The Organization (1971)

The Organization





Critic Consensus: No consensus yet.

Movie Info

Mr. Tibbs is back in this third re-hash of the formula that had already been done to a turn in In the Heat of the Night and They Call Me Mr. Tibbs. Sidney Poitier, appearing weary of the role, goes through the motions in this inflated television cop film. The plot kicks in when a gang arranges an impressive heist of $4-million in heroin from a furniture factory. It turns out that the gang is not really low-life thieves -- rather, they are a group of people who have been personally scarred by … More

Rating: PG
Genre: Drama, Action & Adventure, Mystery & Suspense
Directed By:
Written By: James R. Webb
In Theaters:
On DVD: Jan 9, 2001


as Virgil Tibbs

as Valerie Tibbs

as Jack Pecora

as Mrs. Morgan

as Bob Alford

as Lt. Jessop

as Juan Mendoza

as Joe Peralez

as Stacy Baker

as Night Watchman Morga...

as Larry French

as Sgt. Chassman

as Dave Thomas

as Rudy

as Chet

as Zach Mills

as Annie Sekido

as Capt. Stacy

as Charlie Blossom

as Andy Tibbs

as Ginny Tibbs

as William Martin

as John Bishop
Show More Cast

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Critic Reviews for The Organization

All Critics (6) | Top Critics (4)

Full Review… | October 23, 2004
Chicago Sun-Times
Top Critic

Full Review… | March 26, 2009
Top Critic

Full Review… | January 26, 2006
Time Out
Top Critic

Full Review… | May 9, 2005
New York Times
Top Critic

October 21, 2005
Fantastica Daily

June 11, 2005

Audience Reviews for The Organization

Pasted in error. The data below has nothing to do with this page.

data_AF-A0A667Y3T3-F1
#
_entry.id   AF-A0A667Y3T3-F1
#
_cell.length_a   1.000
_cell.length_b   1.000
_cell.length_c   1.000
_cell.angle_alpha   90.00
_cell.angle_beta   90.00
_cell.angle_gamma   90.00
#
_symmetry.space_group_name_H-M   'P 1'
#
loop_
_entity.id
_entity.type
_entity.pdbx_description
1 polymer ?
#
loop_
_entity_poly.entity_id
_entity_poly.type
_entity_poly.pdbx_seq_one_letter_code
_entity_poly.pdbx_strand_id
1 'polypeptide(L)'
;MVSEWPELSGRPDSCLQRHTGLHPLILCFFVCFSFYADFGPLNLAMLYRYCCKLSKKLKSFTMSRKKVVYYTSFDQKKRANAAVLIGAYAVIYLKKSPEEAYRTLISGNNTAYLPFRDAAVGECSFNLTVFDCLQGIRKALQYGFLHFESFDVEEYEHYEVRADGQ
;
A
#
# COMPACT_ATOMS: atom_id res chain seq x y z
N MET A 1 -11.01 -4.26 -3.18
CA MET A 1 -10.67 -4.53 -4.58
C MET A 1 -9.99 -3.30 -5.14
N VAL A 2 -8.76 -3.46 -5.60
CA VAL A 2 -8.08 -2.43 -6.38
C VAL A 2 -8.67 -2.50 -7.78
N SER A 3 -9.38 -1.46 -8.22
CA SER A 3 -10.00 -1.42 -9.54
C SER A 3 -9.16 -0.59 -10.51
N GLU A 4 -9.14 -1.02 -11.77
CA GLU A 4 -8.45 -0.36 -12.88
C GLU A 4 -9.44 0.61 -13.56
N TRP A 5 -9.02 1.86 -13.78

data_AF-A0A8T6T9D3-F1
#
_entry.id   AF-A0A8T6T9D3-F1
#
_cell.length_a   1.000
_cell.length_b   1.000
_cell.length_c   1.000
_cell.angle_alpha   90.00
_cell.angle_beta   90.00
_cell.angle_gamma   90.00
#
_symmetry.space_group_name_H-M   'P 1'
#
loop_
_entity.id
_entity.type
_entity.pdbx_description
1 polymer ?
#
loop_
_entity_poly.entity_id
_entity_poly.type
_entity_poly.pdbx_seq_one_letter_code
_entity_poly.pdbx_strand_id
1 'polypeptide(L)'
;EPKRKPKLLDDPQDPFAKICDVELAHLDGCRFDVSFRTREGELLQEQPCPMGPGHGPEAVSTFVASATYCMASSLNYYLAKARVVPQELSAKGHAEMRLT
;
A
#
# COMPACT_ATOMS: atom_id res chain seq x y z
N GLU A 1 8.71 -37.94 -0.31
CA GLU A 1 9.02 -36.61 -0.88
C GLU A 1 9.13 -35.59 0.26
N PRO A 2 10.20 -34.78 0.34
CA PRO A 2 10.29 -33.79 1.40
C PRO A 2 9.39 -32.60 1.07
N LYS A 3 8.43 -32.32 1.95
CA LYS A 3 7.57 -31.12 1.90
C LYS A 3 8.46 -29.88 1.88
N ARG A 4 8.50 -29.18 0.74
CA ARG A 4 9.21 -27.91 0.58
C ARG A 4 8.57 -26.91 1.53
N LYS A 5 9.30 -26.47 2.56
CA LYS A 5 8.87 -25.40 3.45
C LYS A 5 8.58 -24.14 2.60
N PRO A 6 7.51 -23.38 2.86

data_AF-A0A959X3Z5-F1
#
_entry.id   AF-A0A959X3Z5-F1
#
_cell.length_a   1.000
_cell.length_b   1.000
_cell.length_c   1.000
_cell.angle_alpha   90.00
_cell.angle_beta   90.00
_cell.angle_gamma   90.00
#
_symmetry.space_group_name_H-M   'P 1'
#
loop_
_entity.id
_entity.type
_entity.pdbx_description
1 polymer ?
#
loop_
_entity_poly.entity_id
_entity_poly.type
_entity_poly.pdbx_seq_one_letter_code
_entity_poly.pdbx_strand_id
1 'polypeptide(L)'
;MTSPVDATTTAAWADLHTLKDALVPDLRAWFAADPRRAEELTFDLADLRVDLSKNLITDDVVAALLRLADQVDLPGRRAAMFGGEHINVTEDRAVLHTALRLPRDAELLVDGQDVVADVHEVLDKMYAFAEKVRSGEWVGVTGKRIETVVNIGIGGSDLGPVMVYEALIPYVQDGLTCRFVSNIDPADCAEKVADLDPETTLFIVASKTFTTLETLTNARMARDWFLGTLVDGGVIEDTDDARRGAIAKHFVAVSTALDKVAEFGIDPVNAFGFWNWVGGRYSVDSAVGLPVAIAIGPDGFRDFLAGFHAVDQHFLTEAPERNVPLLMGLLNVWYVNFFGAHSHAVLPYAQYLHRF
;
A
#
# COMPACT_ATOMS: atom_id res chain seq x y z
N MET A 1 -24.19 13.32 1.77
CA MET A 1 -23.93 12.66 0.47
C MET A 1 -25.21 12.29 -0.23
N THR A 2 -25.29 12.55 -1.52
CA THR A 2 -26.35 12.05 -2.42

Mr. Tibbs is back in this average action thriller, which isn't as good as the first movie at all. It's not that bad, but it's just another action movie.

Aj V

Super Reviewer


Perhaps the least-known Poitier work, certainly of the period; at date of writing only three flixster members had voted on this film. This is just over 1% of the votes attained by it's initial prequel, the superb "In The Heat of the Night". Between the two is the awful-yet-lovable "They Call Me MISTER Tibbs!" which took the Virgil Tibbs franchise on a downward slope.

Those that do get to see this movie on it's rare t.v. rescreenings and decide to give it a go after the disappointing "Tibbs" will be justly rewarded. Essentially, the production team is the same as the previous film, though Gil Melle provides a jazz-orientated score instead of Quincy Jone's adequate but inappropriate themes. The domesticity is also played down, with Alan R.Trustman absent as co-writer and James R. Webb taking full control of the screenplay. Most importantly, though, is Don Medford as the well above average director. Apart from a rather crude edit where a car accident occurs in the second half of the picture, the scenes are melded together seamlessly and flow together exceptionally well.

Poitier reprises the role of Tibbs, an arrogant, aloof, bad-tempered, authoritarian, bigoted Lieutenant. As a result, this is probably the most appealing of all Sidney's characters, and he slips back into the role effortlessly. With no star names to support him, such as Rod Steiger or Martin Landau (though Raul Julia did become a star later in life), Sidney stands way above his peers. His ability to project a bad atmosphere every time he walks into a room is flawless. This time he is not let down by the plot, either, which sees Tibbs caught between the Police Department and a vigilante gang that seeks to expose a wide net of heroin dealers. The plot takes on many shifts in loyalty and focus, keeping the attention, while a chase through underground tunnels lends the requisite chase an extra air of tension. The racial motif is again absent, though a rival black cop played by Bernie Hamilton gives off a frisson of resentment.

While predictably not of the calibre of "In Heat of the Night", The Organization stands as the greatest of Sidney's seventies vehicles.

Cassandra Maples

Super Reviewer

Good crime-thriller that exposes the ruthless, high-stakes world of international drug trafficking.

Dean McKenna

Super Reviewer

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